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P471 Association of vedolizumab levels with clinical and biochemical markers of inflammation during maintenance therapy in inflammatory bowel disease

N. Plevris*1, G. R. Jones1, P. W. Jenkinson1, C. S. Chuah1, M. Lyons1, L. M. Merchant1, R. J. Pattenden1, I. D. Arnott1, C. W. Lees1

1Western General Hospital, NHS Lothian, Edinburgh, UK

Background

The role of TDM in the context of vedolizumab therapy remains unclear. Initial studies have shown a relationship between post induction levels andlong-term outcomes. However, the clinical utility of measuring levels during maintenance treatment remains to be elucidated. Therefore, we aimed to establish the relationship between trough vedolizumab levels and clinical remission, biochemical remission, and faecal biomarker remission during maintenance therapy.

Methods

We performed a prospective cross-sectional service evaluation of IBD patients receiving maintenance vedolizumab. All patients had received a minimum of 12 weeks therapy following standard induction (0, 2, 6 ± 10 week dosing). Over a 16 week period, data on clinical activity (HBI or Partial Mayo score), CRP, vedolizumab levels and faecal calprotectin were collected at patients infusions. Clinical remission was defined as HBI <5 or partial Mayo <2; biochemical remission as CRP <5 g/l; and faecal biomarker remission as faecal calprotectin (FC) <250 µg/g. Vedolizumab levels were processed using the Immundiagnostik monitor ELISA.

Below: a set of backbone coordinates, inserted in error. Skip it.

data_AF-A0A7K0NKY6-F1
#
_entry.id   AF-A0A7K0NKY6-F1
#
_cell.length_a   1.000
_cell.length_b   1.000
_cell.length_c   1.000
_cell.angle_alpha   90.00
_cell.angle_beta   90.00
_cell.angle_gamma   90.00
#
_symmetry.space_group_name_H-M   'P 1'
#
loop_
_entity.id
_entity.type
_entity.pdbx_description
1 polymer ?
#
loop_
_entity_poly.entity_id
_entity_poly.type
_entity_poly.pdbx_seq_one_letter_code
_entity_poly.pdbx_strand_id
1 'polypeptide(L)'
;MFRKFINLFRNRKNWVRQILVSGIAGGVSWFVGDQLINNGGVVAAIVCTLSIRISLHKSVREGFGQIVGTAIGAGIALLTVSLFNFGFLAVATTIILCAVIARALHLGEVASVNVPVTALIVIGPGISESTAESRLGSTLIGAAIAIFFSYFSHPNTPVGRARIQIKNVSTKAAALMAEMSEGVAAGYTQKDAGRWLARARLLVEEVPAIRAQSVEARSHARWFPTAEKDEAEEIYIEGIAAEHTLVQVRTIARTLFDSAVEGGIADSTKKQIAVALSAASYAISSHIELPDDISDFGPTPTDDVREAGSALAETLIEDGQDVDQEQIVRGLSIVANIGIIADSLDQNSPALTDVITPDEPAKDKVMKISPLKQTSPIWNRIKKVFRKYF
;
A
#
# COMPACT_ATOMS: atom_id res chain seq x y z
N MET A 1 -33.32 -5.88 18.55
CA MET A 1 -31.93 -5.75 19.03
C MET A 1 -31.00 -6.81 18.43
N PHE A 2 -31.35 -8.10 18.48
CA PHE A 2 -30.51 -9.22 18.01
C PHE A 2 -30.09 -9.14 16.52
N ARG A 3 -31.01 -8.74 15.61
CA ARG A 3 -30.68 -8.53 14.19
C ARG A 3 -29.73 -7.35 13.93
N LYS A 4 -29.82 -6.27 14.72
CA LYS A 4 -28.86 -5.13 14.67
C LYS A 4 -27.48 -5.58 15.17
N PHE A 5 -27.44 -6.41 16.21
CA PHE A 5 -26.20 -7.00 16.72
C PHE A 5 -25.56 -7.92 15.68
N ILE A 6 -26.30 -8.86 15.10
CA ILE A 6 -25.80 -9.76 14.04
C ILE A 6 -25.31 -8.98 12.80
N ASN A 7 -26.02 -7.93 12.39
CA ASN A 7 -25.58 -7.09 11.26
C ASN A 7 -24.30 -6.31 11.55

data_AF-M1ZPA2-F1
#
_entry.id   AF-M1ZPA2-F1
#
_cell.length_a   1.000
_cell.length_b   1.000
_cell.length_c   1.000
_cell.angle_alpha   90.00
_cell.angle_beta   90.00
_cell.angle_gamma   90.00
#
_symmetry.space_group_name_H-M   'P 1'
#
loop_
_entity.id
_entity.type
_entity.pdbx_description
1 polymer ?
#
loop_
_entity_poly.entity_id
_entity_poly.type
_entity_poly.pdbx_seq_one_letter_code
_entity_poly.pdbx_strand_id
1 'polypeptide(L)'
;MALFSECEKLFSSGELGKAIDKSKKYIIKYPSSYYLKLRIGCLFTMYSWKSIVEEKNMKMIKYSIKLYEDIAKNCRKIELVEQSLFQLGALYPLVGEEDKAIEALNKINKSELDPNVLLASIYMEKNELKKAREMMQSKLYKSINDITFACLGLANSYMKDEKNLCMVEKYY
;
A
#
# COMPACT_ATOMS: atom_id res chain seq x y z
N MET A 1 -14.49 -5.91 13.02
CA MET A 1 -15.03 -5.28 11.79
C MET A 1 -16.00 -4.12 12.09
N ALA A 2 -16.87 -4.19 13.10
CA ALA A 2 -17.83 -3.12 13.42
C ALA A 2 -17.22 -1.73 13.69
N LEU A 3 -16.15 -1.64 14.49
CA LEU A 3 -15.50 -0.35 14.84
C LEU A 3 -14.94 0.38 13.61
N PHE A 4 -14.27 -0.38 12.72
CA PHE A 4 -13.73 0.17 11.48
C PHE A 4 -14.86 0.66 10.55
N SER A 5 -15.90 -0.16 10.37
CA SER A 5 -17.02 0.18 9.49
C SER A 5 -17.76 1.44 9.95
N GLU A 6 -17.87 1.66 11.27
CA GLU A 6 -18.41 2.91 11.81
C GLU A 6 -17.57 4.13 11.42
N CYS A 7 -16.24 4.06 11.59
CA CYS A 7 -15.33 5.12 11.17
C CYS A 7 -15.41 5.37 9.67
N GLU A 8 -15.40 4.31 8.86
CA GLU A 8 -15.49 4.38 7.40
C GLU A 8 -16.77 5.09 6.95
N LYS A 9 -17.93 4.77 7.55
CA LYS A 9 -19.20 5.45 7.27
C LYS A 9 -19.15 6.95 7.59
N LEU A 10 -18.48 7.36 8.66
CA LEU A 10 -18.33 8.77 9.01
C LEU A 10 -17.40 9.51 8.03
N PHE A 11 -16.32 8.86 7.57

Results

Seventy-three patients (30 UC, 43 CD; median age 36 years [IQR 29–56]) fulfilled inclusion criteria and had vedolizumab levels matched with clinical activity scores, CRP and faecal calprotectin. Median disease duration was 12 years (IQR 7–19) with a median vedolizumab duration of 1.6 years (IQR 0.8–2.2). 20.5% of the cohort were receiving a concomitant immunomodulator. The majority of patients had detectable levels (n = 71/73, 97.3%) with a median vedolizumab level of 10.6 µg/ml (IQR 7.9–16.1). No significant difference was observed in median levels between UC and CD patients (11.1 µg/ml vs. 10.4 µg/ml, p = 0.54). Individuals on 4-weekly therapy had higher median levels than those on 8- weekly (16.1 µg/ml vs. 10.4 µg/ml, p = 0.02). A correlation was observed between vedolizumab levels and albumin (Spearman’s r = 0.25, p = 0.03) as well as BMI (Spearman’s r = −0.40, p < 0.01). Clinical remission, biochemical remission and faecal biomarker remission was present in 78.1%, 71.2% and 67.1%, respectively. No difference was observed in vedolizumab levels in patients in clinical remission, biochemical remission or with faecal biomarker remission (Figure 1). Area under the ROC curve for predicting clinical remission, biochemical remission and biomarker remission was 0.55 (p = 0.54), 0.63 (p = 0.08) and 0.53 (p = 0.66), respectively.

Conclusion

Vedolizumab trough levels are not associated with outcomes during maintenance therapy.